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Revertant somatic mosaicism is a recognized phenomenon in patients with epidermolysis bullosa (EB) and other inherited diseases.1 It occurs when spontaneous mutations result in correction of a germline mutation that underlies the genodermatosis, leading to phenotypic reversion and sometimes functional improvement.2 Revertant mosaicism occurs though several mechanisms, all causing a nonreciprocal transfer of genetic information from the parent cell to the daughter cells. Gene conversions, intragenic crossover, back mutation, and second-site mutation (eg, single-base substitution) have all been described as mechanisms, and multiple mechanisms may occur in different cell populations in the same individual. True forward somatic mosaicism, however, has not to our knowledge been described previously in EB. Forward, or nonrevertant, mosaicism occurs during embryogenesis, when a mutation occurs in mitosis affecting only that subsequent cell line and not the other dividing cells of the embryo. The later it occurs during embryogenesis, the fewer cells will be affected.
Dystrophic EB results from mutations in the COL7A1 gene that encodes type VII collagen, the major component of anchoring fibrils at the dermoepidermal junction. Blisters develop below the lamina densa clinically resulting in trauma-induced skin blistering, milia, and scarring, sometimes with nail dystrophy and mucosal involvement.
A woman in her 20s presented with lifelong skin blistering and clinical features consistent with a mild recessive dystrophic EB. On examination, she had normal hair and teeth but evidence of dystrophic toenails, milia, and scarring. Notably, however, there was segmental sparing of the left side of her trunk (Figure 1) and part of her left arm. There were no other affected family members and no consanguinity.
Clinical appearances of the abdomen (A and B), hand (C), and nails (D) showing localized erythema and scarring in contrast to the normal-appearing skin.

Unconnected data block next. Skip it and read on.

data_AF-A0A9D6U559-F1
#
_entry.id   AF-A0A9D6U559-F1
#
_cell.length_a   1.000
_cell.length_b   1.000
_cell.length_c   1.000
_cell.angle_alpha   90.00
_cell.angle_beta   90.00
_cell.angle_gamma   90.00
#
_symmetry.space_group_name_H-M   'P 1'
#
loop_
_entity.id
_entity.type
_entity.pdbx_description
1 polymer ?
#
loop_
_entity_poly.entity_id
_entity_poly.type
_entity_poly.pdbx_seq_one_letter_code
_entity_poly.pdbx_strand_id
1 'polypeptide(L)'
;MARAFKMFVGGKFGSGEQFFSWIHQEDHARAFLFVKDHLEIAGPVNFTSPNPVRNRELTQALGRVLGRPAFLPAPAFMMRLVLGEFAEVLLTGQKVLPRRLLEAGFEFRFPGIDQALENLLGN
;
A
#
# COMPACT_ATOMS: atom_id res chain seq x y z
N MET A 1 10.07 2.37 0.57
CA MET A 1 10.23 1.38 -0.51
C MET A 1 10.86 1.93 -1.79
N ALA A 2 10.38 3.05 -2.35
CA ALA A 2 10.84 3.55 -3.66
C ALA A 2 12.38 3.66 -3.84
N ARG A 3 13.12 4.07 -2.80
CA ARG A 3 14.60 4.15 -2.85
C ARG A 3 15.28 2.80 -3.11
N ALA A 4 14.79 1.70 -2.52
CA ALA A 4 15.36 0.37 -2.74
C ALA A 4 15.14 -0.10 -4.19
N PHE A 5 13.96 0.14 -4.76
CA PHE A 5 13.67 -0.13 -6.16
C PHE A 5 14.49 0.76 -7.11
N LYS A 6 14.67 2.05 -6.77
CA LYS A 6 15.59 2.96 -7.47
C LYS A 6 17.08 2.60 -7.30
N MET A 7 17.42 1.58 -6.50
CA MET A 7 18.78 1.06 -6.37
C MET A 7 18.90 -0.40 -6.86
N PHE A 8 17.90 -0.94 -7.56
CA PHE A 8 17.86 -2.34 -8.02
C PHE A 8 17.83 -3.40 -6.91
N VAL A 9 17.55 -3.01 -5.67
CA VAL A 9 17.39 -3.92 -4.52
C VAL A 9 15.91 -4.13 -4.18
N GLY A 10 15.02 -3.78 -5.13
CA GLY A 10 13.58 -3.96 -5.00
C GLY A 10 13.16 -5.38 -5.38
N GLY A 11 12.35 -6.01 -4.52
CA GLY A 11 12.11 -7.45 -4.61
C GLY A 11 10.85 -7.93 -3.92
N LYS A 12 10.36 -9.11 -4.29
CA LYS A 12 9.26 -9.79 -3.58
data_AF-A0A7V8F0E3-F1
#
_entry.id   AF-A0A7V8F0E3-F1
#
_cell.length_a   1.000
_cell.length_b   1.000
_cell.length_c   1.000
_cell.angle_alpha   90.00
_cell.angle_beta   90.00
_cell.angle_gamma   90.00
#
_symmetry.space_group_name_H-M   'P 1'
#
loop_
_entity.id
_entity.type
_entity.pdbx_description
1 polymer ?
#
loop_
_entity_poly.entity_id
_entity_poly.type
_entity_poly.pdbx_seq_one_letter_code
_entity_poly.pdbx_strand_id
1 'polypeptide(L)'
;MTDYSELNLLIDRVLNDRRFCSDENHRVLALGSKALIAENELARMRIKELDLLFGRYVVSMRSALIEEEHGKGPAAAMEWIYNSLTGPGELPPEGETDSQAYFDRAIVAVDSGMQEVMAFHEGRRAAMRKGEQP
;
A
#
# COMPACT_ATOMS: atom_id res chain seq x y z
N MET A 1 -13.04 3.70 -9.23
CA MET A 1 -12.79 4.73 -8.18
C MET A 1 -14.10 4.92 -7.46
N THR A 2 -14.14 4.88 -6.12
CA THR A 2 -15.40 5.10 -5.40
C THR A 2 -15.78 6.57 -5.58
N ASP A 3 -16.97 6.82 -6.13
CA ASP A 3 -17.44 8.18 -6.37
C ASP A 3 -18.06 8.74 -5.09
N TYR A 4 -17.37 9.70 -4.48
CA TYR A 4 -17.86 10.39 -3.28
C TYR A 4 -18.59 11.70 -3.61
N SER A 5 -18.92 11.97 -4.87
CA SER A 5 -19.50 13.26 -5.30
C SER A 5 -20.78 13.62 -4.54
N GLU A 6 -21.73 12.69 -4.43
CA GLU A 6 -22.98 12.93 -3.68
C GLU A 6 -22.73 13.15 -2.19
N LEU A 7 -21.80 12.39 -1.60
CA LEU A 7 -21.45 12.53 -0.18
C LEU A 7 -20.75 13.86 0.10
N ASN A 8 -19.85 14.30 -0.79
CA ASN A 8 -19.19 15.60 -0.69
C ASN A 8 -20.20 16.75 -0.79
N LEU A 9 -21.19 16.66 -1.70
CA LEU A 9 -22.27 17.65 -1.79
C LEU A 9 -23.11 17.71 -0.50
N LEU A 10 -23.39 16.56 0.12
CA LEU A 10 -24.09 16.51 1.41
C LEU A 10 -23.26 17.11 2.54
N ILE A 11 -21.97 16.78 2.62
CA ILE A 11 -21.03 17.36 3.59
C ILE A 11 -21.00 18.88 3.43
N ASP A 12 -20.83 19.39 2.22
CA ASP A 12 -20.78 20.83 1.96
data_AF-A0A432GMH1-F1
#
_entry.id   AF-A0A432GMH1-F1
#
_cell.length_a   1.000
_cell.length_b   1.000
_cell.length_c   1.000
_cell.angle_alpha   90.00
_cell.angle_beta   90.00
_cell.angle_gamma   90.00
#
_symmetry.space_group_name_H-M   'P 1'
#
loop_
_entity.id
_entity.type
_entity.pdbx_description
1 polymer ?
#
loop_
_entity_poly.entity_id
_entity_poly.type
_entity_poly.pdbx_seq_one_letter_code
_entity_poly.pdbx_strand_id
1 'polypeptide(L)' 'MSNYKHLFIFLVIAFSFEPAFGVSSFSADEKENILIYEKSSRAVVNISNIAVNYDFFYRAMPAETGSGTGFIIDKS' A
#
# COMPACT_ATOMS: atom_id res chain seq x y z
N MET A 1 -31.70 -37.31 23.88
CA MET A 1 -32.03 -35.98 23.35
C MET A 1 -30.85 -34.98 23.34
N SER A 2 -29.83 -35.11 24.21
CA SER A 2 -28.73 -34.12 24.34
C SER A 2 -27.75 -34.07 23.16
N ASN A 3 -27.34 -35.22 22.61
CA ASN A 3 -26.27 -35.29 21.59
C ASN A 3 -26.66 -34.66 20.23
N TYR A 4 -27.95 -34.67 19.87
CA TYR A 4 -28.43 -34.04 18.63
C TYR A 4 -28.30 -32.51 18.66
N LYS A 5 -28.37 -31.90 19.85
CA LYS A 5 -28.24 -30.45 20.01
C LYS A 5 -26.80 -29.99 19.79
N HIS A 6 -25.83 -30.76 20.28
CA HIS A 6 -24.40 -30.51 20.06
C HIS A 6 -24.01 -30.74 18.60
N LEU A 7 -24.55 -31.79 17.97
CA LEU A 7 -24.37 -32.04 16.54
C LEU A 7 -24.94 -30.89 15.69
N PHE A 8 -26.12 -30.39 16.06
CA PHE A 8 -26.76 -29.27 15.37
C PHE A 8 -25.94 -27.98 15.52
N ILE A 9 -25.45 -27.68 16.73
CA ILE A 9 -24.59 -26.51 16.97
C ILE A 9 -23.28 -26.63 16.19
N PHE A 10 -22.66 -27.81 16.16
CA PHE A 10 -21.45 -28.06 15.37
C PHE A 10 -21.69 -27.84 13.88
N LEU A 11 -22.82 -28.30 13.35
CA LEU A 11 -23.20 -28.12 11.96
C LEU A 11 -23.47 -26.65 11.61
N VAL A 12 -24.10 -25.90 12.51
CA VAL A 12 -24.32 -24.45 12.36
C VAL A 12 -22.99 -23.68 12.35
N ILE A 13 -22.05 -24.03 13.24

Following written informed consent, genomic DNA was extracted from peripheral blood leukocytes and used as a template to sequence COL7A1, as described elsewhere.3 We identified compound heterozygosity for a donor splice site mutation (IVS64 + 1G>A) and a frameshift mutation (c.7787delG; p.Gly2596fs*34). The heterozygous frameshift mutation was identified in her father’s DNA, but the splice site mutation was not present in either paternal or maternal DNA and therefore appeared to have arisen de novo.
Skin biopsy specimens were taken from the affected and unaffected abdominal skin following local anesthesia with 2% lidocaine. Immunofluorescence microscopy labeling with an antibody to type VII collagen (LH7.2; SeraLab) showed a marked reduction in type VII collagen immunostaining intensity in affected skin compared with unaffected skin, the latter resembling normal control skin (Figure 2). Genomic DNA was extracted from the biopsy specimens and used to assess the COL7A1 mutations: both were present in affected skin DNA, but in unaffected skin, although the frameshift mutation was present, the splice site mutation was barely detected.
The photographic images across the top row represent immunofluorescence (IF) studies (scale bar = 50 μm) in affected (A), unaffected (C), and control skin (D) and a clinical image of the patient’s abdomen (B). Evident in the IF images is a reduction in type VII collagen immunoreactivity at the dermoepidermal junction in affected skin (A) compared with bright, linear labeling in unaffected skin (C) and control skin (D). A-C, The Sanger sequencing graphs of genomic DNA (gDNA) reveal compound heterozygosity for splice site/frameshift mutations in COL7A1, with both mutations clearly evident in DNA from affected skin (A) and blood (B), but the splice site mutation barely detectable in unaffected skin (C), although the heterozygous frameshift mutation is still evident. D, The Sanger sequencing graphs of gDNA from control blood are provided for comparison.
We have described a case of recessive dystrophic EB with clinical, immunohistochemical, and molecular data supporting somatic nonrevertant mosaicism. In this patient, the frameshift mutation was inherited from the paternal gamete, and the splice site mutation occurred spontaneously and affected only some areas of skin.
Mosaicism has important connotations for treatment. In revertant mosaicism, punch grafting of small areas of reverted skin to unreverted sites has been successful,4 although the much larger areas of somatic mosaicism in our patient makes this a more scalable therapy. Other options include culturing the mosaic keratinocytes for grafting or using these cells to generate inducible pluripotent stem cells, as has been attempted for revertant keratinocytes.5
Corresponding Author: Alexa Rose Shipman, MA (Hons Oxon), MRCP(UK), Department of Dermatology, Warwick Hospital, Lakin Road, Warwick CV34 5BW, England (email@example.com).
Published Online: July 2, 2014. doi:10.1001/jamadermatol.2014.281.
Conflict of Interest Disclosures: None reported.
Shipman AR, Liu L, Lai-Cheong JE, McGrath JA, Heagerty A. Somatic Forward (Nonrevertant) Mosaicism in Recessive Dystrophic Epidermolysis Bullosa. JAMA Dermatol. 2014;150(9):1025–1027. doi:10.1001/jamadermatol.2014.281
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